Shell to remove Brent Delta topside in a single lift (Gallery)
Royal Dutch Shell has started preparing plans for the decommissioning of the Brent Delta Platform in the UK North sea. The platform is one of four platforms located in the Brent oil and gas field.
According to Shell, the Brent field has produced roughly 10 percent of all UK North Sea oil and gas and generated more than £20bn of tax revenue for the UK since production began in 1976.
The company has said that a thirty day public consultation on plans to start scrapping of the Brent field will begin week starting Monday, February 16.
Under the decommissioning program, submitted by Shell for the Brent Delta platform, the 23,500 tonne ’topside’ of the platform would be removed in one piece by a heavy-lift dedicated vessel that arrived in Rotterdam in January. The vessel, dubbed the world’s largest, is the Pieter Schelte, owned by Allseas.
Heaviest lift ever
Shell says that work is underway to bolster the topside in anticipation of the lift, which will be one of the heaviest the North Sea has ever seen. This single lift technique will substantially reduce the risk, cost and environmental impact of the operation.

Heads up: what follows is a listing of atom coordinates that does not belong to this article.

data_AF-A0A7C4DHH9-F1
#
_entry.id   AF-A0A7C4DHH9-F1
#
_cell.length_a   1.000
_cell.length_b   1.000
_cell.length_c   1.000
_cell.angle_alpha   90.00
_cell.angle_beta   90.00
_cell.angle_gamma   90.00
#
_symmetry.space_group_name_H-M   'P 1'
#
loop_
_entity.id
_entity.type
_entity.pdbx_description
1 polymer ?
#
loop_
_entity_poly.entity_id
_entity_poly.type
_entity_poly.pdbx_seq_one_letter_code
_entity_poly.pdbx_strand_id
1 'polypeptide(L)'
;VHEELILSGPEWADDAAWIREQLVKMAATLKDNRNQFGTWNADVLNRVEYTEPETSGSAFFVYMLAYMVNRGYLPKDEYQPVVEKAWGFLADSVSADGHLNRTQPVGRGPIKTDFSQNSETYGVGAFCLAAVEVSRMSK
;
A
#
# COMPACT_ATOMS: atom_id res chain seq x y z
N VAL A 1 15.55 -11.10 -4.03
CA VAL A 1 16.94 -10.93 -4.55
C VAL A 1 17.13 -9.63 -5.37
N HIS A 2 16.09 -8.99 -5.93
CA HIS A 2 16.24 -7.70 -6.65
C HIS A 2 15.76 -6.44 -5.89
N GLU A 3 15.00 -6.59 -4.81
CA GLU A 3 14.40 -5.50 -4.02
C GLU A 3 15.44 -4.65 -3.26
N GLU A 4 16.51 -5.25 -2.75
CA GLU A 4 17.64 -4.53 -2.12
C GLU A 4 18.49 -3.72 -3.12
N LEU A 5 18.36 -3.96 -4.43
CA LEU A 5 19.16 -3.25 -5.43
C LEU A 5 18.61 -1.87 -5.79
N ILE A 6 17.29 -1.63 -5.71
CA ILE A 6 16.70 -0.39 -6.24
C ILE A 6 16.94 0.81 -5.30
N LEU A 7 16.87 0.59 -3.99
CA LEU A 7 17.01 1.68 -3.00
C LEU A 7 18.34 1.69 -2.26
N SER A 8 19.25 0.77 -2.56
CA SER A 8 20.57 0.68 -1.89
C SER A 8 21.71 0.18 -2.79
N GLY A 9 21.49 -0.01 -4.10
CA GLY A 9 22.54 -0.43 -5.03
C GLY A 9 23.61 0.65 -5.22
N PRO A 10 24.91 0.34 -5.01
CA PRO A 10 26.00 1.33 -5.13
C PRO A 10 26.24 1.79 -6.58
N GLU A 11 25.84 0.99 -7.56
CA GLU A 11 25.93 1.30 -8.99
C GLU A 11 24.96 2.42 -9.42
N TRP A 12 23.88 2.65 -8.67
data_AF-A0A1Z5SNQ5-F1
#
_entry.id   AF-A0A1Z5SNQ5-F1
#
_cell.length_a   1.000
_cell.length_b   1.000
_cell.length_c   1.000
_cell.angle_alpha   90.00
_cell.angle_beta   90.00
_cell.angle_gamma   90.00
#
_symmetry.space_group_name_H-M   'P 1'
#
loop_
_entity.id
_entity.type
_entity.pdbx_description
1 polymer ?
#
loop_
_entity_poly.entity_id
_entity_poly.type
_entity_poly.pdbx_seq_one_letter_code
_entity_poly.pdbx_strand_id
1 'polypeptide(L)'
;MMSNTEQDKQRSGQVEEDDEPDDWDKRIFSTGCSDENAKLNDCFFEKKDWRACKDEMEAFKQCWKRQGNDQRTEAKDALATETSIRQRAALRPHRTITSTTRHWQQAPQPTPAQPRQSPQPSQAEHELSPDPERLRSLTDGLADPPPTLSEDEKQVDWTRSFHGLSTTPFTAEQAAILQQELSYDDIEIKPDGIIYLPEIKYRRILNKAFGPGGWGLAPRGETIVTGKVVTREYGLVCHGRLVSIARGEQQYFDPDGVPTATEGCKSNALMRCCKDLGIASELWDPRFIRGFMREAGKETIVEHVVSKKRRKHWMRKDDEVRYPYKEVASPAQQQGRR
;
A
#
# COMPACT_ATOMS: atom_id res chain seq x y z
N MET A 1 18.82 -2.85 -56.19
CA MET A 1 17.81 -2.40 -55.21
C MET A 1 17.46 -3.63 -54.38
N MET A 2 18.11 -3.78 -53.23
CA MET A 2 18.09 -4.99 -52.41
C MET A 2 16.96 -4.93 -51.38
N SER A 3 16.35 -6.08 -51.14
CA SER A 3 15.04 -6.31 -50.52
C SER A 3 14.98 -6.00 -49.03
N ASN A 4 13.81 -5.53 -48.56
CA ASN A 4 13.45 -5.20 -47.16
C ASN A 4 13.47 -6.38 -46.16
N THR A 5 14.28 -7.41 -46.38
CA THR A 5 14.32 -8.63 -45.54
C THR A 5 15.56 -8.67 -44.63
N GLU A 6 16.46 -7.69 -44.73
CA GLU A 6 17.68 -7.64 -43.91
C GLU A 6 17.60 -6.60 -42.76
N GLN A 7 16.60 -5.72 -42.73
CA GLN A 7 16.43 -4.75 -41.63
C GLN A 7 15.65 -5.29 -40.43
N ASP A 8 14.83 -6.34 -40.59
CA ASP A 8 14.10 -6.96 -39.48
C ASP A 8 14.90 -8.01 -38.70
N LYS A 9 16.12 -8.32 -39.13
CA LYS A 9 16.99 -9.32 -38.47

If the decommissioning program is formally approved by the Department of Energy and Climate Change (DECC), the topside will be taken to Able UK, a specialized decommissioning company in Teesside, where more than 97% of the material will be reused or recycled.
Alistair Hope, Brent Decommissioning Project Director, Shell, said: “The Brent field has been a prolific national asset for many years, creating and sustaining thousands of jobs and contributing billions of pounds to the UK government. The engineering and planning skills which led to the discovery and subsequent successful production of oil and gas over four decades are essential during decommissioning, which is the natural next stage of the field’s life. We hope many people will play an active part in the consultation.”
Other platforms to follow
A second decommissioning programme for the remaining infrastructure in the Brent field, including Brent Delta’s legs, three other sets of topsides and legs, 140 wells and 28 pipelines, will be submitted when Shell is confident the proposals are safe, technically achievable, environmentally sound and financially responsible, the company has said. It will be subject to a separate consultation.
Brent Delta stopped production in 2011 and Brent Alpha and Bravo ceased in November 2014. Production from the field continues through Brent Charlie.
Stakeholders from over 180 organisations, including NGOs, academic institutions including the University of Aberdeen and independent scientific experts have been engaged in the development of the Decommissioning Programmes since 2007.
Images by Shell / Allseas